‘Aamhi Doghi not a feminist film’

Debarati Palit Singh
Tuesday, 20 February 2018

The protagonists of the film — Priya Bapat and Mukta Barve — explain that the movie talks about various human stories. They were at Sakal Times office to talk about their latest project.

Marathi film industry’s two talented actresses — Priya Bapat and Mukta Barve — are coming back on screen with Pratima Joshi’s Aamhi Doghi. The film releasing on February 23, also stars Bhushan Pradhan, Kiran Karmarkar, Aarti Wadagbalkar and Prasad Barve. An adaptation of Gauri Deshpande’s book, it highlights the friendship between two very unusual women.

Priya says that the story is inspired by lot of different stories by Deshpande. “Pratima had put down stories. So, there are a lot of things which are influenced from those and Deshpande’s letters,” says Mukta who has gone completely deglam in the film. She says that she has no inhibitions in playing the character. “In fact that was the best part about her; she is very unique and different from all the characters I have played in the past.

As far as playing a deglam or rural character, it doesn’t matter. Aamla has a certain calmness about her which is very engaging. When I heard the script, I realised the audience can feel her presence even in the scenes she is not part of,” says Mukta.
She adds that Pratima’s approach towards the character was such that she wanted an actress who could make her presence felt even if she is not part of a particular scene. “If my director feels that about me, it’s quite encouraging.” 

The film is produced by Sanjay and Puja Chhabria. As for Priya, she says that one will find parts of Savi (her character in the film) in every woman. “This story was written in 1973 almost 40 years ago and the character was so much ahead of its time. But people will connect with her even today. She is practical, outspoken, opinionated and a grey character which makes her human,” she says, adding, “Usually protagonists are presented in such a clichéd and idealistic manner, just the way society wants to see them but human beings are never like that. Each one of us have some kind of negativity within us.”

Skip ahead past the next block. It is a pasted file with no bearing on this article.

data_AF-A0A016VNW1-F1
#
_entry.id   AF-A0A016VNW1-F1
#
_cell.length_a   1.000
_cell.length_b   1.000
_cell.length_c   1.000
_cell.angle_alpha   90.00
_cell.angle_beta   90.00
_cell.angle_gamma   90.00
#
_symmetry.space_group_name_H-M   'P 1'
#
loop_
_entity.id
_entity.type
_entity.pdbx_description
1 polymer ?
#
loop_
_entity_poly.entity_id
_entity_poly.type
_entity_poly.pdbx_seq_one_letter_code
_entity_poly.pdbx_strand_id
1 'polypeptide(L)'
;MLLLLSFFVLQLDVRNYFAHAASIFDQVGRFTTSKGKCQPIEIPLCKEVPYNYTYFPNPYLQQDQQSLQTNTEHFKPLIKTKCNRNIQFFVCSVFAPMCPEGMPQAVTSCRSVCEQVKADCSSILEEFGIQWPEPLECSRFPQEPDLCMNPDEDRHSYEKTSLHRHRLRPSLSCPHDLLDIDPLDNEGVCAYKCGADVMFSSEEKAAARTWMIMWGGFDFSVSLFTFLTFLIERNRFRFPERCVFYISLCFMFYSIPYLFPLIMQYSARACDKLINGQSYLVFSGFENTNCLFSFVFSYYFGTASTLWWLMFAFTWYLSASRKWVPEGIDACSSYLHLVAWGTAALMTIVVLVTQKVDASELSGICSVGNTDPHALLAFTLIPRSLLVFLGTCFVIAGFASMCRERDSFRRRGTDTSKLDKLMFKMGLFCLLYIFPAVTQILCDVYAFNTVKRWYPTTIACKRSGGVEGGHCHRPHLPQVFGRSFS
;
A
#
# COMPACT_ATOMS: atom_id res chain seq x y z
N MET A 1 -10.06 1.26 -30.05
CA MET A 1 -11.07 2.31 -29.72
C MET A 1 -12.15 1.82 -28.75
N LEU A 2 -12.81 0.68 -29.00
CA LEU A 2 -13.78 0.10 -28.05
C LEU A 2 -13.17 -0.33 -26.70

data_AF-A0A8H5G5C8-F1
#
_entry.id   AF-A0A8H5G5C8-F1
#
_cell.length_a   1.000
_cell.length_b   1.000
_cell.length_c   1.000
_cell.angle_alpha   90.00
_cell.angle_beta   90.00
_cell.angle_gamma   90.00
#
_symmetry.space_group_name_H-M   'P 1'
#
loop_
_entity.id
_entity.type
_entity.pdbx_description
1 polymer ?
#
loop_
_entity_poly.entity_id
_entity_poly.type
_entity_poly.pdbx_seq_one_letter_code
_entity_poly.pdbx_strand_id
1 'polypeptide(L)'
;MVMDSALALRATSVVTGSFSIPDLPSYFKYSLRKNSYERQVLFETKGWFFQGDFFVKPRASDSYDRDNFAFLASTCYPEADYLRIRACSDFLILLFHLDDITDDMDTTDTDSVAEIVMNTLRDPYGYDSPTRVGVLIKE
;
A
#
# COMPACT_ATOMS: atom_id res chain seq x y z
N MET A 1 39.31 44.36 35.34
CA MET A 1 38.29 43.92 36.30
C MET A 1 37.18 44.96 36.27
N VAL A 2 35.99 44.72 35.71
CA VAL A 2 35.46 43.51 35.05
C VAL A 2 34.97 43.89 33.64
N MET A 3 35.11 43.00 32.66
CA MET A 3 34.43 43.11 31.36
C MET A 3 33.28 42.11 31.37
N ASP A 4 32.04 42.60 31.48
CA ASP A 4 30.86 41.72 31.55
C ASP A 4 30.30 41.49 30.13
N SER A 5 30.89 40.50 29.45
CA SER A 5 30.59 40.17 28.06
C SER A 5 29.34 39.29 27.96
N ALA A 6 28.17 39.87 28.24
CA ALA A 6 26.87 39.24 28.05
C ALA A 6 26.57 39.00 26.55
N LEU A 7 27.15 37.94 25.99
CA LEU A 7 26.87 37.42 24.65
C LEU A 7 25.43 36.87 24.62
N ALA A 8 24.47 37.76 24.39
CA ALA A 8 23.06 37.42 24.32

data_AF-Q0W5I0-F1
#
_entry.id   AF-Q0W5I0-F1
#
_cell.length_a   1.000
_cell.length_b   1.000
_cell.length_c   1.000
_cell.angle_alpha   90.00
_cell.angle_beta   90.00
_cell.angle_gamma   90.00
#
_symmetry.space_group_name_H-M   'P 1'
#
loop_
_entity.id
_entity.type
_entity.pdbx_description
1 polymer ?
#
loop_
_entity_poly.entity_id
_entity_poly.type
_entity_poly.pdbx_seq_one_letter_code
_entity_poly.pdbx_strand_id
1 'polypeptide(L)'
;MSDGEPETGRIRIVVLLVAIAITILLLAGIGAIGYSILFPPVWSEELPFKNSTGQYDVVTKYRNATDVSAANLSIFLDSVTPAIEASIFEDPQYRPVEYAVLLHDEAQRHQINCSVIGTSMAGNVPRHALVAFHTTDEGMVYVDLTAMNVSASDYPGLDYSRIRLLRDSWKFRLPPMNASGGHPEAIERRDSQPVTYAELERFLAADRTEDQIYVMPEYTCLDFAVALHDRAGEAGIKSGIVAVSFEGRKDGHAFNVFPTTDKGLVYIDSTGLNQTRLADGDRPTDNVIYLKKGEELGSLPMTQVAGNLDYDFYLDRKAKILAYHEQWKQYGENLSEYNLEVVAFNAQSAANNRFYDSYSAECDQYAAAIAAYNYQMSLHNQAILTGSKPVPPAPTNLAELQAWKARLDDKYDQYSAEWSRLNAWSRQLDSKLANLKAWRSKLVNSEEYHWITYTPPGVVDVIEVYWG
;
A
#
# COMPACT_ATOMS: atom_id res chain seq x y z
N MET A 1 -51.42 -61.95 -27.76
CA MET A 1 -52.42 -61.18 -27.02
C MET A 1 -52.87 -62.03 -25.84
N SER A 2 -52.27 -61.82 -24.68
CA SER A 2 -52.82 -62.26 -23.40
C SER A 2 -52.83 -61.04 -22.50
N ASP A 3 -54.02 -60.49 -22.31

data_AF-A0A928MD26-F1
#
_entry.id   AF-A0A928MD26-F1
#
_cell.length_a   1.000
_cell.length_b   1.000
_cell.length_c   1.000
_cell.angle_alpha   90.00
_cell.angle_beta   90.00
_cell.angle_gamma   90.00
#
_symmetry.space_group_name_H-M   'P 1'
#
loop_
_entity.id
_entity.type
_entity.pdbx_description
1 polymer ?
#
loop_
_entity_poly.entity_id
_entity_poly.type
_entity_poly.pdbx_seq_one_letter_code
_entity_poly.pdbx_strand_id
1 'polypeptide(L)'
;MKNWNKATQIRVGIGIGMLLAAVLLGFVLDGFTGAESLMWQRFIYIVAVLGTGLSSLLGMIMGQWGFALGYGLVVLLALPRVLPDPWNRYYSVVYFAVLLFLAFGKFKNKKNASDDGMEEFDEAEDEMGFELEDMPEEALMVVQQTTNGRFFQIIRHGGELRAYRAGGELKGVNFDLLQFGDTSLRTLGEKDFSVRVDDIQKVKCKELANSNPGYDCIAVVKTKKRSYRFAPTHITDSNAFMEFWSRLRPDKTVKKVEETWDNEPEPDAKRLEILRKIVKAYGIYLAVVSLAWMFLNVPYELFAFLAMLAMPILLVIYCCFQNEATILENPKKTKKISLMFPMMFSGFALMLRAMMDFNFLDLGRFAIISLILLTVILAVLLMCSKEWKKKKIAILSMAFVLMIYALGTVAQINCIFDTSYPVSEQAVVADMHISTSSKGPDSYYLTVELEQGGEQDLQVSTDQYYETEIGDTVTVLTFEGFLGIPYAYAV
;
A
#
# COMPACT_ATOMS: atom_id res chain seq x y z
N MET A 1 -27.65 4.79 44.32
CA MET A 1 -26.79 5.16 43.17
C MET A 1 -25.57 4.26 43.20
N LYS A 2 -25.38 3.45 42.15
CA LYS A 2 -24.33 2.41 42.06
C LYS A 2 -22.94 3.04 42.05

Both the actresses share that they did not read Deshpande’s original piece before signing the film. Ask them if it helps as actors because you have no pre-conceived notions about the characters. “For an actor it’s more important to follow what a director wants. If my director has read something and wants to portray the characters in a certain manner, we have to follow what she has written in the script,” says Priya, to which Mukta adds, “And it’s her perception about her story that matters.”

The makers are promoting Aamhi Doghi as a feminist film but the trailer comes across as a coming-of-age, buddy film. “We were discussing about this and to be honest, feminism is such a big word. We don’t call Aamhi Doghi a feminist film and it does not promote feminism,” says Priya, to which Mukta adds, “Maybe because the writer is a woman and so it’s been called a feminist film. If our director would have been a male, they wouldn’t have tagged it like this.” 

Mukta says that while promoting the film, the actors have been saying that ‘this is not a women-oriented film’. “In fact it’s a film about different stories and relationships. It’s wrong to tag films and categorise them. Honestly, I don’t know what feminism is. It’s become such a mundane word. It must be a different concept but we don’t know what we are talking about. We just picked up the word and keep talking about it,” says Mukta, to which Priya adds, “I think the word feminism has become accessible so people use it anywhere and everywhere.”

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